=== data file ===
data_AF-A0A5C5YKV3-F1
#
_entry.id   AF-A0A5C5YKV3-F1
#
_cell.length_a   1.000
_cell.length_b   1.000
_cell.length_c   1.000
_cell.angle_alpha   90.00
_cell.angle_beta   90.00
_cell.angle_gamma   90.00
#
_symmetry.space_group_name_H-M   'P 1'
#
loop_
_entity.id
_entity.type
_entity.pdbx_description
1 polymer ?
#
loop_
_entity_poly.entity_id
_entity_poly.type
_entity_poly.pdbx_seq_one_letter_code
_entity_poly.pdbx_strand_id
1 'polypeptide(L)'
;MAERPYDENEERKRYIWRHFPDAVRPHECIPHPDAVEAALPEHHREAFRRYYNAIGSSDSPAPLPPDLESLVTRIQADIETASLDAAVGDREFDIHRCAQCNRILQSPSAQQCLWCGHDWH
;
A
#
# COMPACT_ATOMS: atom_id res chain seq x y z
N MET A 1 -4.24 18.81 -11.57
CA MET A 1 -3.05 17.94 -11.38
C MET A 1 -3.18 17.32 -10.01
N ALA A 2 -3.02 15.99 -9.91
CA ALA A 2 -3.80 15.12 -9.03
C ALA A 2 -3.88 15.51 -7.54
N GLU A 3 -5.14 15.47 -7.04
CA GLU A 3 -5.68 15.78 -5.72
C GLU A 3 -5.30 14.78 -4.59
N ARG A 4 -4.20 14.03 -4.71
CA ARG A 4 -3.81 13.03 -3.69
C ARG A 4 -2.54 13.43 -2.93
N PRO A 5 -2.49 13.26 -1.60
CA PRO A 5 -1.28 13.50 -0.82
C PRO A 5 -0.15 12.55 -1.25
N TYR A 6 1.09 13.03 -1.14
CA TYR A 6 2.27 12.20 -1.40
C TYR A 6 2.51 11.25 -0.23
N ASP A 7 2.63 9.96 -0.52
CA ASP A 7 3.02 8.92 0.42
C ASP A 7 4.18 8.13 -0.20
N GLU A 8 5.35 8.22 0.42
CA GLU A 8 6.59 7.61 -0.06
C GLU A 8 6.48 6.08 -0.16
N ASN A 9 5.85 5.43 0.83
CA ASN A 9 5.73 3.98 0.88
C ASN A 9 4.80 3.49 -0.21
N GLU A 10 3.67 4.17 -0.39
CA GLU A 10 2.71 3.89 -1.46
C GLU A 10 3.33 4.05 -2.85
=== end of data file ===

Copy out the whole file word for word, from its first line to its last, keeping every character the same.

data_AF-A0A5C5YKV3-F1
#
_entry.id   AF-A0A5C5YKV3-F1
#
_cell.length_a   1.000
_cell.length_b   1.000
_cell.length_c   1.000
_cell.angle_alpha   90.00
_cell.angle_beta   90.00
_cell.angle_gamma   90.00
#
_symmetry.space_group_name_H-M   'P 1'
#
loop_
_entity.id
_entity.type
_entity.pdbx_description
1 polymer ?
#
loop_
_entity_poly.entity_id
_entity_poly.type
_entity_poly.pdbx_seq_one_letter_code
_entity_poly.pdbx_strand_id
1 'polypeptide(L)'
;MAERPYDENEERKRYIWRHFPDAVRPHECIPHPDAVEAALPEHHREAFRRYYNAIGSSDSPAPLPPDLESLVTRIQADIETASLDAAVGDREFDIHRCAQCNRILQSPSAQQCLWCGHDWH
;
A
#
# COMPACT_ATOMS: atom_id res chain seq x y z
N MET A 1 -4.24 18.81 -11.57
CA MET A 1 -3.05 17.94 -11.38
C MET A 1 -3.18 17.32 -10.01
N ALA A 2 -3.02 15.99 -9.91
CA ALA A 2 -3.80 15.12 -9.03
C ALA A 2 -3.88 15.51 -7.54
N GLU A 3 -5.14 15.47 -7.04
CA GLU A 3 -5.68 15.78 -5.72
C GLU A 3 -5.30 14.78 -4.59
N ARG A 4 -4.20 14.03 -4.71
CA ARG A 4 -3.81 13.03 -3.69
C ARG A 4 -2.54 13.43 -2.93
N PRO A 5 -2.49 13.26 -1.60
CA PRO A 5 -1.28 13.50 -0.82
C PRO A 5 -0.15 12.55 -1.25
N TYR A 6 1.09 13.03 -1.14
CA TYR A 6 2.27 12.20 -1.40
C TYR A 6 2.51 11.25 -0.23
N ASP A 7 2.63 9.96 -0.52
CA ASP A 7 3.02 8.92 0.42
C ASP A 7 4.18 8.13 -0.20
N GLU A 8 5.35 8.22 0.42
CA GLU A 8 6.59 7.61 -0.06
C GLU A 8 6.48 6.08 -0.16
N ASN A 9 5.85 5.43 0.83
CA ASN A 9 5.73 3.98 0.88
C ASN A 9 4.80 3.49 -0.21
N GLU A 10 3.67 4.17 -0.39
CA GLU A 10 2.71 3.89 -1.46
C GLU A 10 3.33 4.05 -2.85